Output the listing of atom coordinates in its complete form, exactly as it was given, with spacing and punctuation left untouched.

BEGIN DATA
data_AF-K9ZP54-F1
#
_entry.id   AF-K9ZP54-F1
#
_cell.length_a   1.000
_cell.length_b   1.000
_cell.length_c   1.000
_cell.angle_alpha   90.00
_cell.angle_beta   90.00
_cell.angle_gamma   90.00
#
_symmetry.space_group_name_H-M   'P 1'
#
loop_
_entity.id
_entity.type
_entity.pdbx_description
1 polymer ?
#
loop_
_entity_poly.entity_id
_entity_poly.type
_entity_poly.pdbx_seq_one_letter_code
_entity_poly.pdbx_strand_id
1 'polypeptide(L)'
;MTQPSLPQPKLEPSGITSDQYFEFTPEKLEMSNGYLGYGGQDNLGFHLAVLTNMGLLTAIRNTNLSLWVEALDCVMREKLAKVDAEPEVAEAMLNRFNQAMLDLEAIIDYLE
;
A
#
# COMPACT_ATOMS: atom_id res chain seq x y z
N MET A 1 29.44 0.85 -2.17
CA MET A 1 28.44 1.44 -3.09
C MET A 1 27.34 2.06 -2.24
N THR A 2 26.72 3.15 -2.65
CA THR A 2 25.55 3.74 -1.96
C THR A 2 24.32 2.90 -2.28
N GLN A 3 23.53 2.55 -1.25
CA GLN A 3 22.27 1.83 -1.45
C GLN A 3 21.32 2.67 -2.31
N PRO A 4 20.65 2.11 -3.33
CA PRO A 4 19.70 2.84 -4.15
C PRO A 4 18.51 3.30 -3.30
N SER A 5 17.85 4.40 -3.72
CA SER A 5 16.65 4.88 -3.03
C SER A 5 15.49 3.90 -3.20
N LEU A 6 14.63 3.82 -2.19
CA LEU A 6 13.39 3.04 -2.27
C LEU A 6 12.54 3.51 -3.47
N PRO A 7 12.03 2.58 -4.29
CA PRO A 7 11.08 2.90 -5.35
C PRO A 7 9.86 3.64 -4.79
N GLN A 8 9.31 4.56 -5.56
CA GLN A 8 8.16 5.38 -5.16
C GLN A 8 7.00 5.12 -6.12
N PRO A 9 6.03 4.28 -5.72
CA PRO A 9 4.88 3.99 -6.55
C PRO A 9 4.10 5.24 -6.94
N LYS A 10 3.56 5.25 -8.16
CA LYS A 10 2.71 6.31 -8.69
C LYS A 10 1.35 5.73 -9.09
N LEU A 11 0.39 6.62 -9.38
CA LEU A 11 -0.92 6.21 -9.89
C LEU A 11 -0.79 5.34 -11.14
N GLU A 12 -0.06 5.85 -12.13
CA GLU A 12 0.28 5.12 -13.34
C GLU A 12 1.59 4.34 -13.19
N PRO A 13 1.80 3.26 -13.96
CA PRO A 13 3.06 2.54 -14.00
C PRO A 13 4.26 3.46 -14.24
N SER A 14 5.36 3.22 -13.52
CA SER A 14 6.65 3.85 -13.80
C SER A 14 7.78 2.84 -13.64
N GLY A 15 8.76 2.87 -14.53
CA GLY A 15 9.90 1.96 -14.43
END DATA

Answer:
data_AF-K9ZP54-F1
#
_entry.id   AF-K9ZP54-F1
#
_cell.length_a   1.000
_cell.length_b   1.000
_cell.length_c   1.000
_cell.angle_alpha   90.00
_cell.angle_beta   90.00
_cell.angle_gamma   90.00
#
_symmetry.space_group_name_H-M   'P 1'
#
loop_
_entity.id
_entity.type
_entity.pdbx_description
1 polymer ?
#
loop_
_entity_poly.entity_id
_entity_poly.type
_entity_poly.pdbx_seq_one_letter_code
_entity_poly.pdbx_strand_id
1 'polypeptide(L)'
;MTQPSLPQPKLEPSGITSDQYFEFTPEKLEMSNGYLGYGGQDNLGFHLAVLTNMGLLTAIRNTNLSLWVEALDCVMREKLAKVDAEPEVAEAMLNRFNQAMLDLEAIIDYLE
;
A
#
# COMPACT_ATOMS: atom_id res chain seq x y z
N MET A 1 29.44 0.85 -2.17
CA MET A 1 28.44 1.44 -3.09
C MET A 1 27.34 2.06 -2.24
N THR A 2 26.72 3.15 -2.65
CA THR A 2 25.55 3.74 -1.96
C THR A 2 24.32 2.90 -2.28
N GLN A 3 23.53 2.55 -1.25
CA GLN A 3 22.27 1.83 -1.45
C GLN A 3 21.32 2.67 -2.31
N PRO A 4 20.65 2.11 -3.33
CA PRO A 4 19.70 2.84 -4.15
C PRO A 4 18.51 3.30 -3.30
N SER A 5 17.85 4.40 -3.72
CA SER A 5 16.65 4.88 -3.03
C SER A 5 15.49 3.90 -3.20
N LEU A 6 14.63 3.82 -2.19
CA LEU A 6 13.39 3.04 -2.27
C LEU A 6 12.54 3.51 -3.47
N PRO A 7 12.03 2.58 -4.29
CA PRO A 7 11.08 2.90 -5.35
C PRO A 7 9.86 3.64 -4.79
N GLN A 8 9.31 4.56 -5.56
CA GLN A 8 8.16 5.38 -5.16
C GLN A 8 7.00 5.12 -6.12
N PRO A 9 6.03 4.28 -5.72
CA PRO A 9 4.88 3.99 -6.55
C PRO A 9 4.10 5.24 -6.94
N LYS A 10 3.56 5.25 -8.16
CA LYS A 10 2.71 6.31 -8.69
C LYS A 10 1.35 5.73 -9.09
N LEU A 11 0.39 6.62 -9.38
CA LEU A 11 -0.92 6.21 -9.89
C LEU A 11 -0.79 5.34 -11.14
N GLU A 12 -0.06 5.85 -12.13
CA GLU A 12 0.28 5.12 -13.34
C GLU A 12 1.59 4.34 -13.19
N PRO A 13 1.80 3.26 -13.96
CA PRO A 13 3.06 2.54 -14.00
C PRO A 13 4.26 3.46 -14.24
N SER A 14 5.36 3.22 -13.52
CA SER A 14 6.65 3.85 -13.80
C SER A 14 7.78 2.84 -13.64
N GLY A 15 8.76 2.87 -14.53
CA GLY A 15 9.90 1.96 -14.43